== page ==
DIY Mason Jar Planters

Megan Poletti
by Megan Poletti
1 Hour
Use your mason jar planter to store utensils, keep dried flowers, or grow some little plants of your own. (The plants I used for this project back in May have since died because they were too big! I recommend tiny succulents!)
The first thing I did was spray paint the edges of my wooden board gold. You can decorate yours however you wish! I liked the brown stain that was already on my scrap wood, so I left that. In the future I might decide to do something different.
After the paint dried I got to work drilling many, many pilot holes. The nice old man at Lowe's told me I could "just drill right through" the metal clamp. Well, it wasn't quite that easy. I ended up using one of the slits that already exists on the clamp as my starting point for the hole that would hold the screw. You might have a better tool than a drill to get this project done. I used a drill bit because my attitude was along the lines of “whatever, it works.” (I’m the MacGyver crafting type!) Although it worked to drill through one of the slits in the clamp, it did wear out my drill bit a little! So take that into consideration when you make your own!
After the clamps were attached, I hung the board on the wall using anchors and screws. Now you can fill your glass jars with anything you like! When your jars are ready, fit each jar to its own clamp, using a drill to tighten the attached screw so it is good and sturdy. For more details on my process, I have linked to my post on Rental Revival!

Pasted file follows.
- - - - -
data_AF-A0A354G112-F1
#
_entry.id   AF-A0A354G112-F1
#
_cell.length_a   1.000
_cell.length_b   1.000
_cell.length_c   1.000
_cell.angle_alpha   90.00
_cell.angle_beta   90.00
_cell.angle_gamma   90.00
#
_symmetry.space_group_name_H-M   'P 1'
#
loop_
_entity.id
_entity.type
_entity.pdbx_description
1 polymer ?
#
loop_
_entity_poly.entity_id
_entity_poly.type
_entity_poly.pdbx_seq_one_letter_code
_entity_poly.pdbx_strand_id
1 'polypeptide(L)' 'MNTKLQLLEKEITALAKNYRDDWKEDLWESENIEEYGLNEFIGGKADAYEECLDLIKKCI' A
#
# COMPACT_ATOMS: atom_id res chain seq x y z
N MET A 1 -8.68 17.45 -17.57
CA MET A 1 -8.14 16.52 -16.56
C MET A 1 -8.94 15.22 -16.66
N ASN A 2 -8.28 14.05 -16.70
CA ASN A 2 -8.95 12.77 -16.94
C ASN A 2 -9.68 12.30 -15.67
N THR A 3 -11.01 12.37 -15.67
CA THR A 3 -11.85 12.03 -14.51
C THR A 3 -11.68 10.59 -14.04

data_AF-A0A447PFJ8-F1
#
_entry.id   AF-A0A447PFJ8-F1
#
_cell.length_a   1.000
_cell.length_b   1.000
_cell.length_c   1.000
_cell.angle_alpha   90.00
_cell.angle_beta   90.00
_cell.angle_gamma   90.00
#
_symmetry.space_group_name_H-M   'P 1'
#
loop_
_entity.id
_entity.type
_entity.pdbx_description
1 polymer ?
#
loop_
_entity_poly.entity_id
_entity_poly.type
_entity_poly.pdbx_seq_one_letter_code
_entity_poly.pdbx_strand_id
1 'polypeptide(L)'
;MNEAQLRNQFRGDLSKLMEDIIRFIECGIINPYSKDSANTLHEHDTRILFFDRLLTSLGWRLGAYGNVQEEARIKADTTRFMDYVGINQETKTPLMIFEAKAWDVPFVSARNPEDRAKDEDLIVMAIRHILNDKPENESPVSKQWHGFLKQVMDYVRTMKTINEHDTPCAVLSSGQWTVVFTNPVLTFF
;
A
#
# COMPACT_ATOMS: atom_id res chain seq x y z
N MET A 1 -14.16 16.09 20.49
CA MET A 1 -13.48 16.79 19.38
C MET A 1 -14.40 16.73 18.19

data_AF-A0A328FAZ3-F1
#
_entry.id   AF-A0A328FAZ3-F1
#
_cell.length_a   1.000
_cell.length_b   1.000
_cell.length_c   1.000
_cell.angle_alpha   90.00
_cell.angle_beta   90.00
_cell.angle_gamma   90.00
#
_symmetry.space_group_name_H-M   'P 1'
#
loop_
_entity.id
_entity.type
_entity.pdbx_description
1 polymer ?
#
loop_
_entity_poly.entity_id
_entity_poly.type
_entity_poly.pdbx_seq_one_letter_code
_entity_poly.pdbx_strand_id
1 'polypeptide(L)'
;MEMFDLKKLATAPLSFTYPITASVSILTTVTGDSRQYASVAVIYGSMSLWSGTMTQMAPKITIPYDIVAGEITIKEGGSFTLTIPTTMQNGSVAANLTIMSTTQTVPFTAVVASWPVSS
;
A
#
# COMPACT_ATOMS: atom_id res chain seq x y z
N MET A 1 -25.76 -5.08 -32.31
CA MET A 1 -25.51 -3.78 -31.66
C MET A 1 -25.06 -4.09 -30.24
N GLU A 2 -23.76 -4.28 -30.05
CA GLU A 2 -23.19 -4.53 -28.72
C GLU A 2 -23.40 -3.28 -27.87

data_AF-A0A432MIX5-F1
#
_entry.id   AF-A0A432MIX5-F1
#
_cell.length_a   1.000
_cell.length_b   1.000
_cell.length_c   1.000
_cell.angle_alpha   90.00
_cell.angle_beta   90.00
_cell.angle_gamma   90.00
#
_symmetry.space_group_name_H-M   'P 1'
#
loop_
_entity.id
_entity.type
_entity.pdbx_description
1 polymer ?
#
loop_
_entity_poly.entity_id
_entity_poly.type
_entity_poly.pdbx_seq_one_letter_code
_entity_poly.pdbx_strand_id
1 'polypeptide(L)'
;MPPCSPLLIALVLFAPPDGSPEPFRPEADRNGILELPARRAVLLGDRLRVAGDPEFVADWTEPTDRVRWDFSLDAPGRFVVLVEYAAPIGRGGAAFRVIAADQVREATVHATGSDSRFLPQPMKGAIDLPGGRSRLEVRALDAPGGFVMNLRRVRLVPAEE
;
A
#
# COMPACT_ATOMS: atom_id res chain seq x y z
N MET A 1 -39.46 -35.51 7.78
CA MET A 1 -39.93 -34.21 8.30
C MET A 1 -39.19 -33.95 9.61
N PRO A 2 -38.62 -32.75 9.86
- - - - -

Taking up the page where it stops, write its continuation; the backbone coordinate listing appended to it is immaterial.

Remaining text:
For this project you will need: 1) Miracle Gro Potting Mix 2) Small pebbles or rocks 3) 3 glass jars 4) Wooden board of any kind (big enough for 3 jars to go horizontally or vertically) 5) 3 small plants for the jars
6) 3 stainless steel adjustable pipe clamps (I used the 3-1/16" -- 4" size) 7) Short screws for attaching clamps to wood 8) Long screws for attaching wood to wall 9) A drill with drill bits and screwdriver 10) Paint (optional)
Top L: Drilling a pilot hole into the cl Top R: Drilling a pilot hole into the board; Bottom L: Making sure the screw was snug in the board so I didn't have to drill it through the metal; Bottom R: Screwed-in pipe clamps.
Make sure the board is securely attached to the wall!
Fill the bottom of your jars with small rocks or pebbles to help with drainage. Never overwater your plants.
These plants ended up being too big! Use smaller succulents, or even dried flowers for your project. Good luck!
Megan Poletti
Want more details about this and other DIY projects? Check out my blog post!
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